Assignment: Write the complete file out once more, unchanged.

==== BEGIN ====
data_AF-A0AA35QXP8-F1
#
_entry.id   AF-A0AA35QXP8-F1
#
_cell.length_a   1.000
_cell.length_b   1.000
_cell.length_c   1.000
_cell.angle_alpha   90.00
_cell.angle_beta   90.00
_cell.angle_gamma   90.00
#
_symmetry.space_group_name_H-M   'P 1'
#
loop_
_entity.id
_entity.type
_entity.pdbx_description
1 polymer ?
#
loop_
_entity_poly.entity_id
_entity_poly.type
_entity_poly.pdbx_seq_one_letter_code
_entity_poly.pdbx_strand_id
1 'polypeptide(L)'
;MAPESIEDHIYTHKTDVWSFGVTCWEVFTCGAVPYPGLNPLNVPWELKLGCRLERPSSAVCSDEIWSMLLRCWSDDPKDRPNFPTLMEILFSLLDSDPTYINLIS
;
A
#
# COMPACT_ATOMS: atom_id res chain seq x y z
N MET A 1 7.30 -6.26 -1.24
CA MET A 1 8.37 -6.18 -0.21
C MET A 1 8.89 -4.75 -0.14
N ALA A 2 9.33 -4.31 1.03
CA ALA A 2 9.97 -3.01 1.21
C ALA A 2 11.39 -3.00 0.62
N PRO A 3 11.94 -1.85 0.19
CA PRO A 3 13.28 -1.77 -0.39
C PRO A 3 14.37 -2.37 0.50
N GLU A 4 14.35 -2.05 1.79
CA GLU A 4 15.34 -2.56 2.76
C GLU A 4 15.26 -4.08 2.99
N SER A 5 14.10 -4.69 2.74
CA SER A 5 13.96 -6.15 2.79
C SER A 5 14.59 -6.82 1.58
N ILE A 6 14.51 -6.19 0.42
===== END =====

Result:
data_AF-A0AA35QXP8-F1
#
_entry.id   AF-A0AA35QXP8-F1
#
_cell.length_a   1.000
_cell.length_b   1.000
_cell.length_c   1.000
_cell.angle_alpha   90.00
_cell.angle_beta   90.00
_cell.angle_gamma   90.00
#
_symmetry.space_group_name_H-M   'P 1'
#
loop_
_entity.id
_entity.type
_entity.pdbx_description
1 polymer ?
#
loop_
_entity_poly.entity_id
_entity_poly.type
_entity_poly.pdbx_seq_one_letter_code
_entity_poly.pdbx_strand_id
1 'polypeptide(L)'
;MAPESIEDHIYTHKTDVWSFGVTCWEVFTCGAVPYPGLNPLNVPWELKLGCRLERPSSAVCSDEIWSMLLRCWSDDPKDRPNFPTLMEILFSLLDSDPTYINLIS
;
A
#
# COMPACT_ATOMS: atom_id res chain seq x y z
N MET A 1 7.30 -6.26 -1.24
CA MET A 1 8.37 -6.18 -0.21
C MET A 1 8.89 -4.75 -0.14
N ALA A 2 9.33 -4.31 1.03
CA ALA A 2 9.97 -3.01 1.21
C ALA A 2 11.39 -3.00 0.62
N PRO A 3 11.94 -1.85 0.19
CA PRO A 3 13.28 -1.77 -0.39
C PRO A 3 14.37 -2.37 0.50
N GLU A 4 14.35 -2.05 1.79
CA GLU A 4 15.34 -2.56 2.76
C GLU A 4 15.26 -4.08 2.99
N SER A 5 14.10 -4.69 2.74
CA SER A 5 13.96 -6.15 2.79
C SER A 5 14.59 -6.82 1.58
N ILE A 6 14.51 -6.19 0.42